Prevalence of OA in Asian populations [43] is shown in figures given below. Data will vary as different criteria of the study were used in different countries for analysis. Data points were in some studies not available and hence this does not suggest absence of the disease [Figure 6],[Figure 7],[Figure 8],[Figure 9],[Figure 10],[Figure 11],[Figure 12] and [Figure 13].
Figure 6: Incidence of osteoarthritis knee joints in China

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Figure 7: Incidence of osteoarthritis of knees in Bangladesh

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Figure 8: Incidence of osteoarthritis of the knees in Pakistan

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Figure 9: Incidence of osteoarthritis in knees in India. Ur-urban, Ru-rural. M-male, F-female

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Figure 10: Incidence of osteoarthritis (OA) of knees in Philippines. Painful joints were predominant in the rural population as also OA increasing with age

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Figure 11: Incidence of osteoarthritis of the knees in Vietnam

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Figure 12: Incidence of osteoarthritis of the knees in Malaysia

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Figure 13: Incidence of osteoarthritis of hip joints in Asian population

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Incidence was reported on clinical and radiological features. Urban and rural population was differentiated as the occupation of the two varied widely and could have different risk factors. It can be seen that the incidence of OA is low while pain is the predominant feature.

There was no significant difference in the presence of pain in the rural, and urban rich and poor. OA was higher in females as compared to males in all the above categories.

The urban population had a higher incidence of pain especially in females in the age group of 55-65 years. OA was not recorded by radiological criteria but on presence of pain.

The incidence of pain in urban female was the highest while the incidence of OA was highest in mixed population.

Painful joints were predominant in the rural population as also OA increasing with age.

The study shows a higher incidence of pain and OA in urban females above 65 years. As in all the figures above, the incidence of OA is far lower than the incidence of pain.

Indian females had a higher incidence of and OA as compared to Malay and then the Chinese.

The incidence of pain in hip joint was higher in the Bangladesh and Vietnam, especially, in the elderly urban population while the incidence of OA is low in general in Asians as compared to the European and American population.

Although OA is worldwide in distribution, geographic and ethnic differences have been reported. For example, the prevalence of hand and knee OA is similar among Europeans and Americans. There is greater variation in the distribution of hip OA with markedly lower rates in African Blacks, Asian Indians, and Hong Kong Chinese. It has been suggested that the lower rates detected among these populations may be due to lower rates of congenital or developmental abnormalities and in some cultures, the common use of squatting postures, which force the hip through extreme ranges of motion. [34],[35],[36] The rate of radiographic progression has been estimated at about 4% per year. [34]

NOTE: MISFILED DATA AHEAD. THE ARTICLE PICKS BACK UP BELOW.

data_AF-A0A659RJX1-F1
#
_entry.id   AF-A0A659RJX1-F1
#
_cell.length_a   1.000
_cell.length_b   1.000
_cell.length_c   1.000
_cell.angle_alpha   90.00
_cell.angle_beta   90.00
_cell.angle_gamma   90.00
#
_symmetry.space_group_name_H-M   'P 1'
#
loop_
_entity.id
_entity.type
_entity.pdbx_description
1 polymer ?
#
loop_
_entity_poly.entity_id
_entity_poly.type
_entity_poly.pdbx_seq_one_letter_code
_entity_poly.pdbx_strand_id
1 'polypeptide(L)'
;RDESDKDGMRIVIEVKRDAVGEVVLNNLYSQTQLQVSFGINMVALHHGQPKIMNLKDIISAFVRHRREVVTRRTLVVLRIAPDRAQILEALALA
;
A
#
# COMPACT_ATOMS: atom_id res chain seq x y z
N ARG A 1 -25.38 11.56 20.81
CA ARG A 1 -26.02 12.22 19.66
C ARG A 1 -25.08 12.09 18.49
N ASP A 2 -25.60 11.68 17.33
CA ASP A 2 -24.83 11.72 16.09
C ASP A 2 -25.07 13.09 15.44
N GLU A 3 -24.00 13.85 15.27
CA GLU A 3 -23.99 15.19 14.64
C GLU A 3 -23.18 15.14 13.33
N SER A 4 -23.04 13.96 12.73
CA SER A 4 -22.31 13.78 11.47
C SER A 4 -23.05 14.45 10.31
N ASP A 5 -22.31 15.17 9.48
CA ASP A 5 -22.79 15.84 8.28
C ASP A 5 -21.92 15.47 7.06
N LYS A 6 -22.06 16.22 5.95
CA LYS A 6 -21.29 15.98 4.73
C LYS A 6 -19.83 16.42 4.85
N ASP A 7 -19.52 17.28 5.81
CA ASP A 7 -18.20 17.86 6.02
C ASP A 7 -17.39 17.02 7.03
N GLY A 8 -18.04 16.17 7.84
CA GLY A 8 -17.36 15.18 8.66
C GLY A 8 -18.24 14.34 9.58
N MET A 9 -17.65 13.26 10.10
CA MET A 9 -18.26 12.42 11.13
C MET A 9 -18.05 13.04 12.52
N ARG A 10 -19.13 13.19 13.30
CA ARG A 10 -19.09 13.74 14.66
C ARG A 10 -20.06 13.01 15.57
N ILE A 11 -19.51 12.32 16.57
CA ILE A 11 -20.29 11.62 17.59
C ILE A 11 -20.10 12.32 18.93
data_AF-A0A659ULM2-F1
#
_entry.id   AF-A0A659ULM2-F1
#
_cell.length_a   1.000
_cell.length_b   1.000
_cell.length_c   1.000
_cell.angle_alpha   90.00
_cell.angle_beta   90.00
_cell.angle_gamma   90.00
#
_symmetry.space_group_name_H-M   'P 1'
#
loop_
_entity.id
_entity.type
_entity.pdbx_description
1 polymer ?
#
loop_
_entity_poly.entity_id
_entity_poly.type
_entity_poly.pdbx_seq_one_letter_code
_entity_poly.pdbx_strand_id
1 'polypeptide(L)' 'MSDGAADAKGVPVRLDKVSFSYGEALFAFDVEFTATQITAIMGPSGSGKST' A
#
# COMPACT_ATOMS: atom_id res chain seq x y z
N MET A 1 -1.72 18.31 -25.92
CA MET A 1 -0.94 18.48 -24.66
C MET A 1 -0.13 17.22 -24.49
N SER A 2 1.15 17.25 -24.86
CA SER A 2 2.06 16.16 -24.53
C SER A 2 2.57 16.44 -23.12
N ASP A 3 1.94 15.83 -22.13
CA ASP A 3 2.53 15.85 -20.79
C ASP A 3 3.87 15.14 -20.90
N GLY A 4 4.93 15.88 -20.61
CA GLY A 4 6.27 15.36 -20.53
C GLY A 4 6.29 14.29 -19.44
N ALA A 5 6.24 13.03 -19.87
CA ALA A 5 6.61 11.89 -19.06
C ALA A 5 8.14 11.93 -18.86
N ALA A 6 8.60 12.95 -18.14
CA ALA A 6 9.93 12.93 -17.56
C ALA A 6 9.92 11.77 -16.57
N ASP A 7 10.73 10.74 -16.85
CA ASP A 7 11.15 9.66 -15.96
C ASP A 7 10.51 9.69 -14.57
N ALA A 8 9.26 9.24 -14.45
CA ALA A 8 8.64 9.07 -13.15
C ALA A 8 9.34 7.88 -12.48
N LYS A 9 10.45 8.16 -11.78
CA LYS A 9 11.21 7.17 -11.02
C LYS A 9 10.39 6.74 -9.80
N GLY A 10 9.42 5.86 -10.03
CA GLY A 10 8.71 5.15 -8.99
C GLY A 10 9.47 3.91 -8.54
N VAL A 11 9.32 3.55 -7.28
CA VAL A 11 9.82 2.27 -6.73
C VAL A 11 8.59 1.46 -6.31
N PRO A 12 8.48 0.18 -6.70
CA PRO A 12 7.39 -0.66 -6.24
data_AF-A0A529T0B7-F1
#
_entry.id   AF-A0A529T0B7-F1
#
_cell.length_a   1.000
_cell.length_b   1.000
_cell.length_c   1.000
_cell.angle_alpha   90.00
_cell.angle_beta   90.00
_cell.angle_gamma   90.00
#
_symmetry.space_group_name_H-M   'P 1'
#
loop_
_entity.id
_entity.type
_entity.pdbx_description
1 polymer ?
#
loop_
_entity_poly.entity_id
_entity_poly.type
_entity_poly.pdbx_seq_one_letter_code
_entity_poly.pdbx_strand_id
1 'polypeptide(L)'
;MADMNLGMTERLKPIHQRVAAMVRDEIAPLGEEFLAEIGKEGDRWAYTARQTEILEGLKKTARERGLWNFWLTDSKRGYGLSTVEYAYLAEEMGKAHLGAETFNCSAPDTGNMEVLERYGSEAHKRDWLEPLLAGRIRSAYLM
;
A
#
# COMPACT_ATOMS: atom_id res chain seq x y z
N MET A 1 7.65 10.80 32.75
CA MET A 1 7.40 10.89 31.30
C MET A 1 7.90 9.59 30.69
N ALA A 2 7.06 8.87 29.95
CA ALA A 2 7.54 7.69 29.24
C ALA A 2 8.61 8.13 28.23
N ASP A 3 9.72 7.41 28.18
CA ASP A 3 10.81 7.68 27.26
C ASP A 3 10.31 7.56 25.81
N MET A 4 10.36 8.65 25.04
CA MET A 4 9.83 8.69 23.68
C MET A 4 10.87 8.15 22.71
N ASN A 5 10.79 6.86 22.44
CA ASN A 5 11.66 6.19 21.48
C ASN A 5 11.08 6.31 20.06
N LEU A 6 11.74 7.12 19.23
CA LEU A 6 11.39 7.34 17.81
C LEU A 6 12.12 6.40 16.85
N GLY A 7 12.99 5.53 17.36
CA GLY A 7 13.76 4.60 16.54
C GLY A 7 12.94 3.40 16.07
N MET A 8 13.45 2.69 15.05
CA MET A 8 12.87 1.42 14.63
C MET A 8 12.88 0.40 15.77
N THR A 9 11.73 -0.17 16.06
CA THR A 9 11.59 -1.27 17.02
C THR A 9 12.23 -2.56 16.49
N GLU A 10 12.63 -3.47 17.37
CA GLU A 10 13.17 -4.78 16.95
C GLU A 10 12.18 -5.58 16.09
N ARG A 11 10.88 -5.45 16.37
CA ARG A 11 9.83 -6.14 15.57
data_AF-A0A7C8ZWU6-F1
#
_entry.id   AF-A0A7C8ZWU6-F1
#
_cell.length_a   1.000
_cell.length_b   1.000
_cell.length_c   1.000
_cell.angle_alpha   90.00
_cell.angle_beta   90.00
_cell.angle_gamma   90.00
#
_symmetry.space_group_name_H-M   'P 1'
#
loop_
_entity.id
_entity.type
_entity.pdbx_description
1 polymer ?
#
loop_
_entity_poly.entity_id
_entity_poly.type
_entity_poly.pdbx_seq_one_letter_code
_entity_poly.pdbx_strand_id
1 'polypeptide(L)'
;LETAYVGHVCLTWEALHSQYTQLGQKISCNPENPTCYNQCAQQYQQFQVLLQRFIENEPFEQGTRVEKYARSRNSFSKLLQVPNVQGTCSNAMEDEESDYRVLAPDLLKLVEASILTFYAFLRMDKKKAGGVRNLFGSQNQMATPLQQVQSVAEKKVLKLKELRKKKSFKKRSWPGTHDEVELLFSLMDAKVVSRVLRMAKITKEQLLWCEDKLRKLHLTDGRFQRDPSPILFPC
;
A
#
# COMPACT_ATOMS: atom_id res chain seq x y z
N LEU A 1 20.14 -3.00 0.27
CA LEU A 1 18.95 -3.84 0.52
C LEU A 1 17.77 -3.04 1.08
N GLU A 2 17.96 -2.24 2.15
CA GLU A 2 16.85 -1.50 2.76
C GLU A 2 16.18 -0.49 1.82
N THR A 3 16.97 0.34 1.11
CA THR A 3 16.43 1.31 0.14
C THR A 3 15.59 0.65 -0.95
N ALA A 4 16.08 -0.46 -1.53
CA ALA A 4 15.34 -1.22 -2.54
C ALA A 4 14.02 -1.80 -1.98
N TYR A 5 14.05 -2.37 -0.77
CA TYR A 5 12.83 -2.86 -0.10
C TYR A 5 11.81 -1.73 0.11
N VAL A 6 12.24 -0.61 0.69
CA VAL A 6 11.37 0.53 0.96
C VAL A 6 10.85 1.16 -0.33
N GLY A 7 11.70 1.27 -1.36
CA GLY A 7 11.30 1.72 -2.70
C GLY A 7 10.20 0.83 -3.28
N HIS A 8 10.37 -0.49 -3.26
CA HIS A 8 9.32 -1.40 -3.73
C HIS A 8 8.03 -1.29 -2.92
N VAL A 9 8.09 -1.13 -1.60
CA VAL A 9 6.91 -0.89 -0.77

Our study shows the incidence of OA as defined on scintigraphy in a random selection of persons. Scintigraphy changes have been present in young people below 40 years of age in as many as 34% of cases with predominant involvement of the knee joints. As age advances, a larger percentage of persons show scintigraphy changes. Our study also shows less frequent involvement of the small joints of the hands as opposed to that reported in literature.

Scintigraphic prevalence of OA is higher than reported in US, Europe, and Asia as this test is more sensitive in detecting early changes as compared to radiological changes.

These findings on scintigraphy in asymptomatic cases have not been described to the best of our knowledge. Epidemiological demography in published reports is based on clinical or radiological changes observed in single joints which are predominantly symptomatic and multiple joint involvements are rarely recorded. The advantage of scintigraphy lies in ability to survey the whole body and identify joints involved in a simple and single operation. The sensitivity of scintigraphy to show early changes in bone homeostasis and remodeling needs to be exploited.

Scintigraphy hence is a good technique to

  • Establish the prevalence of OA in the general population using sensitive techniques such as bone scans
  • To identify persons with joint changes
  • To systematically follow-up annually asymptomatic persons to keep track of progression of the disease and
  • To assess the effect of various drugs in the management of OA.


 
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    Figures

  [Figure 1], [Figure 2], [Figure 3], [Figure 4], [Figure 5], [Figure 6], [Figure 7], [Figure 8], [Figure 9], [Figure 10], [Figure 11], [Figure 12], [Figure 13]
 
 
    Tables

  [Table 1]